SmartThings Community

Whole House Fan With RIB Relay SPDT Question

(Tristan Colborg) #1

Hey community have a question on my switch option to control my whole house fan. I used to have it set up using the Enerwave Dual Relay Switch Module (this guy here) but unfortunately I think the start load of the whole house fan killed the switch. So now I am looking for another option to wire this back up and get it smart again, hate having to walk to the switch.

Here is the wiring diagram for the unit.

51%20PM

Question I have is if I am using this RIB Relay what is the best way to hook this up using actual switches?
Can I use 2 separate Zooz On/Off switches with the Low/On hooked up to one of the paddles, and then the High Speed hooked to the other Paddle? If I understand it correctly the RIB relay we have the coil activated only allowing the High motor to be running with this set up, and therefore avoid having both loads running to the motor at the same time. Is that correct? Sorry just want to make sure I understand it correctly.

Thanks everyone!

(Allan) #2

Wouldn’t it make more sense to have one switch control high or low (on = high, off = low) and the other switch control on and off?

(Tristan Colborg) #3

Yeah that was what I wanted I guess I just don’t know how the switches would work like that. Would I just wire the two smart switches exactly how the wiring diagram is? I assumed both switches would need power all the time to keep them connected to the hub.

(Allan) #4

I would have to think about it more but one switch would do the master on/off then the other switch would control the relay, which would be fed power from the main switch. You need the relay so it can supply power whether the switch is on or off (high and low).

I can draw something up if you need.

(Tristan Colborg) #5

Okay so would you pigtail the load to both switches then? The part I’m confused by. Because technically in the diagram from manufacture the on/off switch supplies power to the low on the other switch when the on/off is turned on. Then when you click the low/high switch it’s rerouting the power to the high speed on the motor. That’s why I think you’d have to run the low to one switch and the high to the other, otherwise I don’t know how you would Supply power to both switches without the low fan wanting to run.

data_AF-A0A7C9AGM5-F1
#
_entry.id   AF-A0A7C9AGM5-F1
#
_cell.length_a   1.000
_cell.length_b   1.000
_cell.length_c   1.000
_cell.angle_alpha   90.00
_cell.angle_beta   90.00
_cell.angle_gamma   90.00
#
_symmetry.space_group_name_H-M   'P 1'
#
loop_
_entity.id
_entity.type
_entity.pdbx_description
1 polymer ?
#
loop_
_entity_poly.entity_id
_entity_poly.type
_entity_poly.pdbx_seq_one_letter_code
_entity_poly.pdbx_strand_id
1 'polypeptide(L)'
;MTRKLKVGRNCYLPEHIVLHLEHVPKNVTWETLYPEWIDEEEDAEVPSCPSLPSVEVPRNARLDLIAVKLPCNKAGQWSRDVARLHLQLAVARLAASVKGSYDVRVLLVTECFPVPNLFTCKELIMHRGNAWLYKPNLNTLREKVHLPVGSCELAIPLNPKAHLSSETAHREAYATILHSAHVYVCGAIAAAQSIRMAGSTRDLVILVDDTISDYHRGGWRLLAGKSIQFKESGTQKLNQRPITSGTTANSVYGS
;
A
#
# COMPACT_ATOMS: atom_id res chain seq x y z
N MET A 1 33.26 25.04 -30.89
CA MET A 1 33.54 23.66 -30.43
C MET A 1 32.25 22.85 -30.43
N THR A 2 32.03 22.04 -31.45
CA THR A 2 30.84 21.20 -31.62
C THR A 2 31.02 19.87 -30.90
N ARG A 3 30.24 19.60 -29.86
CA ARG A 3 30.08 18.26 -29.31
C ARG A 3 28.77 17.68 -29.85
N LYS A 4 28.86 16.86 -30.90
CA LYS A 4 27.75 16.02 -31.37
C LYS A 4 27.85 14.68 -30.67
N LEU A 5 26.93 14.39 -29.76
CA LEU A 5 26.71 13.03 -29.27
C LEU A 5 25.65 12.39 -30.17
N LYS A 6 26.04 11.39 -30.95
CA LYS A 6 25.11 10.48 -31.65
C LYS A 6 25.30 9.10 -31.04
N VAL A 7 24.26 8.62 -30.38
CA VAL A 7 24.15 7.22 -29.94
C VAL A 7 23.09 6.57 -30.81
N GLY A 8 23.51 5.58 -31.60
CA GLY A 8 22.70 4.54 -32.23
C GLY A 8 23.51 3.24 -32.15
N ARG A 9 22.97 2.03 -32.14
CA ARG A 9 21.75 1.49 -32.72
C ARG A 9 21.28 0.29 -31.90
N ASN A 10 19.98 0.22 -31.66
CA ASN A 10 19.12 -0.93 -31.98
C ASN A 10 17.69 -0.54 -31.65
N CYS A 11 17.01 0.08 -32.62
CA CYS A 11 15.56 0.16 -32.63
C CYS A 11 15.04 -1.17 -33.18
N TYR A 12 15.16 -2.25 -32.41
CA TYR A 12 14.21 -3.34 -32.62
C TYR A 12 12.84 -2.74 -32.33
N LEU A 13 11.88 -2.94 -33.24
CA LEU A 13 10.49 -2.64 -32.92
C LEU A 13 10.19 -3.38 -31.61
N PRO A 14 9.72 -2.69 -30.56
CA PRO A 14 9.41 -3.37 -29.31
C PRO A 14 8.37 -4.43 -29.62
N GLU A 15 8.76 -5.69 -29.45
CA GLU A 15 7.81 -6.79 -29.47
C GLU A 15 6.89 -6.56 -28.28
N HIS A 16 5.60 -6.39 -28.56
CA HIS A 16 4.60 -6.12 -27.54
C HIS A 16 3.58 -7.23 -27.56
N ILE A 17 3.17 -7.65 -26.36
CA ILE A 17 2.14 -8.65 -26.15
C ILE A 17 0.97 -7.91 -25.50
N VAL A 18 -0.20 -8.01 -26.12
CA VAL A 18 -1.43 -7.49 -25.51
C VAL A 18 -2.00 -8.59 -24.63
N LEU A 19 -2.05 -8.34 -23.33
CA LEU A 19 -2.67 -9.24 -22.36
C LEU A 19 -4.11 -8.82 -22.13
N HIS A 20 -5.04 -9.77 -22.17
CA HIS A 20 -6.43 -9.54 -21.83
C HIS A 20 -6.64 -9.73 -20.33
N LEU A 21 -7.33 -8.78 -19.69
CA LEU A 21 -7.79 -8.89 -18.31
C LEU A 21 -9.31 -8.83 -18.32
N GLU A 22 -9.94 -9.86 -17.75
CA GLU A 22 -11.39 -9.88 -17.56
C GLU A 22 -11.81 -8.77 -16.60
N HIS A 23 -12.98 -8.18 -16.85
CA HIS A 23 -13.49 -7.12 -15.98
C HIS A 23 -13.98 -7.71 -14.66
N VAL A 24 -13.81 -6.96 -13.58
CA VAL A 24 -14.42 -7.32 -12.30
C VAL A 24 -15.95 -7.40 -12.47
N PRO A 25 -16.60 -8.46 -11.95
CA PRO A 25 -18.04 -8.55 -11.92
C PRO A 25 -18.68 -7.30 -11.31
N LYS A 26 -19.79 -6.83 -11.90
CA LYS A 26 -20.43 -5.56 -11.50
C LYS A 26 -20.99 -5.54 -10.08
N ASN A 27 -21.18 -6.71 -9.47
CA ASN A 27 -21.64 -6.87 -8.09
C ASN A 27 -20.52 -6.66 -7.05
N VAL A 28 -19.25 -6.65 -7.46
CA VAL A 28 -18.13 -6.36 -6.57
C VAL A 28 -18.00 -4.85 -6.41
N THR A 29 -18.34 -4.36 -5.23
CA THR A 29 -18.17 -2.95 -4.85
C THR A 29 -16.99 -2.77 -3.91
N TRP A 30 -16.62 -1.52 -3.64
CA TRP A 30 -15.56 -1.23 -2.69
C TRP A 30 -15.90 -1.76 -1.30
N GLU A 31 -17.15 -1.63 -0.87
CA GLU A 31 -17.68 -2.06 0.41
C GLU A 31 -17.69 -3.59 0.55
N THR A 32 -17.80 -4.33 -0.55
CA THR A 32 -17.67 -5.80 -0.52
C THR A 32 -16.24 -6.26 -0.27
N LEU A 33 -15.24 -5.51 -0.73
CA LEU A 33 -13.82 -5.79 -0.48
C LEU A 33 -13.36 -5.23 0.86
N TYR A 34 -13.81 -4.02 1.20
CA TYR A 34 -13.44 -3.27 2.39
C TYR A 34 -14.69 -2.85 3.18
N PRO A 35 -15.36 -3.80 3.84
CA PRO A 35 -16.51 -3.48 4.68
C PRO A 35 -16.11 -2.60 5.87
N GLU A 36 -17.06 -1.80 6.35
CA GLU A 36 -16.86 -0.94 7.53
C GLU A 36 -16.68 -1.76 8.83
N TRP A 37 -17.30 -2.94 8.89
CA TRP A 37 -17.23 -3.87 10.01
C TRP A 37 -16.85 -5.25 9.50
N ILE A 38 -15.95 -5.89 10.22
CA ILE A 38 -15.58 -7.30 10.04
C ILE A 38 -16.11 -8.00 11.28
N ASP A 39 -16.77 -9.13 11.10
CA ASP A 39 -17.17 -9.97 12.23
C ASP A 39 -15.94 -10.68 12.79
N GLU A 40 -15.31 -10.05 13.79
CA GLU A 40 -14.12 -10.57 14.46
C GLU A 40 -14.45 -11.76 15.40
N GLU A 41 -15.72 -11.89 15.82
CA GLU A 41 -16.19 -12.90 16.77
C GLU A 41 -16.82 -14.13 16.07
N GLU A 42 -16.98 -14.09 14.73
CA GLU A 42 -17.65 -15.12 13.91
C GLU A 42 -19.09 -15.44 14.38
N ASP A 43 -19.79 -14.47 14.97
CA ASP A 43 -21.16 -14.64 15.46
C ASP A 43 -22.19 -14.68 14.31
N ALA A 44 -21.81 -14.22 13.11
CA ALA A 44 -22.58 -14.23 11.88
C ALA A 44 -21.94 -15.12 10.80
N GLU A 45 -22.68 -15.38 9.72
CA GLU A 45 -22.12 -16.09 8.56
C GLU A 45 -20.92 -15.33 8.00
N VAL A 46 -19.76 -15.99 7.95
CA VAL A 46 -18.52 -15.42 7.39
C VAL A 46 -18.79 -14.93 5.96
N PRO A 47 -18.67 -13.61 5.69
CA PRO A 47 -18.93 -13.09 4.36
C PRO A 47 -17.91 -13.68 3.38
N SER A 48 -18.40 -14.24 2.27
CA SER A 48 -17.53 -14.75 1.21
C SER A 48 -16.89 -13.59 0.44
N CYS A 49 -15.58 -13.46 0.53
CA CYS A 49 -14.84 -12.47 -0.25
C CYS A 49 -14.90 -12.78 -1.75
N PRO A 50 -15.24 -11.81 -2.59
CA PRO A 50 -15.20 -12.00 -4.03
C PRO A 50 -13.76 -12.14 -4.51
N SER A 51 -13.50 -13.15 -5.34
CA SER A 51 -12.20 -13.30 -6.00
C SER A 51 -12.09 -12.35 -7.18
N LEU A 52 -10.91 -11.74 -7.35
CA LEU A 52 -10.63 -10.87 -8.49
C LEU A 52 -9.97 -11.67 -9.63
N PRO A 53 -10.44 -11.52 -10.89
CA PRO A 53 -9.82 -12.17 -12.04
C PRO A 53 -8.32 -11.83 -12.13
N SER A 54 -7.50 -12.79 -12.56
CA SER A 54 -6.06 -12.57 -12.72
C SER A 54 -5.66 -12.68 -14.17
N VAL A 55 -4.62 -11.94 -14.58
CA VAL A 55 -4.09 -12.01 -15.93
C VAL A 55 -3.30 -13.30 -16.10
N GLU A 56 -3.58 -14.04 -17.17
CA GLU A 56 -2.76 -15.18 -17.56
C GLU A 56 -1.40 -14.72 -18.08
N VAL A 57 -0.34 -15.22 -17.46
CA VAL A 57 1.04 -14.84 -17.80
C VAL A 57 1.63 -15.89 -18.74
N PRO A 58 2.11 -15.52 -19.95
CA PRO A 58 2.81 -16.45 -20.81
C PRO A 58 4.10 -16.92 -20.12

(Allan) #6

No, give me a couple hours and I’ll throw up a picture. You have to be able to switch the low and high, if you have the low off one switch the high off the other switch there’s a potential of turning on both switches and probably burning up your motor. That’s where the relay comes in.

(Allan) #7

NOTE: I am not a electrician (by trade) although I have rewired and done a lot of renovations.

So first switch is master on/off. Second switch is just turning on and off the relay you listed. The relay has a common and a normally open and a normally closed. So when the second switch is OFF the relay will be in the normally closed position which is low speed. If the second switch is on the relay will switch the normally open side on (turning off the other) and be in high speed. This way there is no possibility of powering both at once. Switch 1 will always act as a master. Grounds not shows.

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(Tristan Colborg) #8

So just to make sure I understand correctly. Both switches are going to get power from the incoming line. The load on the on/off switch will be connected to the common on the relay to control the low speed of the fan. The second switch will be used to initiate the high speed of the fan and connected to the coil of the relay to trip the normally open circuit on the relay. So could I just use two regular on/off smart switches then?

Thanks again for your help.

(Allan) #9

Yes. Otherwise your second switch would become a “dumb” switch (if it didn’t always have power).

Technically it will “power” either low or high. Its the common power supply to the fan.

Yup. Again technically the second switch is just flipping the relay which is diverting power from the first switch to low or high speed

Yes but make sure the master on off is rated for the power of the fan. The low/high technically doesn’t since its just switching the relay but I assume you want them to match.

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(Tristan Colborg) #10

Awesome thanks for the clarification. Have you used the Zooz switches? I have only used the GE units before.

(Allan) #11

No, I’ve only used the GE ones also…got like 30 in my house currently. Electric motors are inductive loads so make sure whatever you go with is capable of a inductive load at the amperage the motor needs to start. The ZooZ ZEN21 doesn’t list inductive or motors as supported, the GE 14291 does say it supports up to a 1/2 HP motor. Keep that in mind.

Or you could add another relay that can handle the power load off of switch 1 and make this even more complicated. :slight_smile:

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